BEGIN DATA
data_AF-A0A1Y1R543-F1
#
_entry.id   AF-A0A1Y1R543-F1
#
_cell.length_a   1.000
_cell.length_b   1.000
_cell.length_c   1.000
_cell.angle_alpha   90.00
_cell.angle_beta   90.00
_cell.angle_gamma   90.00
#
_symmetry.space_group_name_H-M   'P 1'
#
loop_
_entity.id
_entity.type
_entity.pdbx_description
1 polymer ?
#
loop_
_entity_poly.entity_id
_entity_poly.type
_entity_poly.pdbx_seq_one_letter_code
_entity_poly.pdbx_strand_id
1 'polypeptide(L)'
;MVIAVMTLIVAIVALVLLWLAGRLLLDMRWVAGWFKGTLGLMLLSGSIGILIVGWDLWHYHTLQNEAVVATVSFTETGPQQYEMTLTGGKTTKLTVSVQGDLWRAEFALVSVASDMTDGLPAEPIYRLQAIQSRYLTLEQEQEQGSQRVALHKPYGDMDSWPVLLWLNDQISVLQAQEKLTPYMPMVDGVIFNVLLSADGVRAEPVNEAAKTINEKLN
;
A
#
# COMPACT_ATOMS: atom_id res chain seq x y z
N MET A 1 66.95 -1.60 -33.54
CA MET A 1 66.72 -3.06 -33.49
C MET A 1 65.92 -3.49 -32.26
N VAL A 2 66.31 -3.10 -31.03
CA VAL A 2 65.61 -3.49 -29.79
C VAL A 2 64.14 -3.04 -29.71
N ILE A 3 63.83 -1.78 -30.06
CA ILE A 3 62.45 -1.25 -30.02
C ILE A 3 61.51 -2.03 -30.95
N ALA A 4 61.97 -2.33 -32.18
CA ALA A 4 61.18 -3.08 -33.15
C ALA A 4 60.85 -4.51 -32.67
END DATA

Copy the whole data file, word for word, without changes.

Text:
data_AF-A0A1Y1R543-F1
#
_entry.id   AF-A0A1Y1R543-F1
#
_cell.length_a   1.000
_cell.length_b   1.000
_cell.length_c   1.000
_cell.angle_alpha   90.00
_cell.angle_beta   90.00
_cell.angle_gamma   90.00
#
_symmetry.space_group_name_H-M   'P 1'
#
loop_
_entity.id
_entity.type
_entity.pdbx_description
1 polymer ?
#
loop_
_entity_poly.entity_id
_entity_poly.type
_entity_poly.pdbx_seq_one_letter_code
_entity_poly.pdbx_strand_id
1 'polypeptide(L)'
;MVIAVMTLIVAIVALVLLWLAGRLLLDMRWVAGWFKGTLGLMLLSGSIGILIVGWDLWHYHTLQNEAVVATVSFTETGPQQYEMTLTGGKTTKLTVSVQGDLWRAEFALVSVASDMTDGLPAEPIYRLQAIQSRYLTLEQEQEQGSQRVALHKPYGDMDSWPVLLWLNDQISVLQAQEKLTPYMPMVDGVIFNVLLSADGVRAEPVNEAAKTINEKLN
;
A
#
# COMPACT_ATOMS: atom_id res chain seq x y z
N MET A 1 66.95 -1.60 -33.54
CA MET A 1 66.72 -3.06 -33.49
C MET A 1 65.92 -3.49 -32.26
N VAL A 2 66.31 -3.10 -31.03
CA VAL A 2 65.61 -3.49 -29.79
C VAL A 2 64.14 -3.04 -29.71
N ILE A 3 63.83 -1.78 -30.06
CA ILE A 3 62.45 -1.25 -30.02
C ILE A 3 61.51 -2.03 -30.95
N ALA A 4 61.97 -2.33 -32.18
CA ALA A 4 61.18 -3.08 -33.15
C ALA A 4 60.85 -4.51 -32.67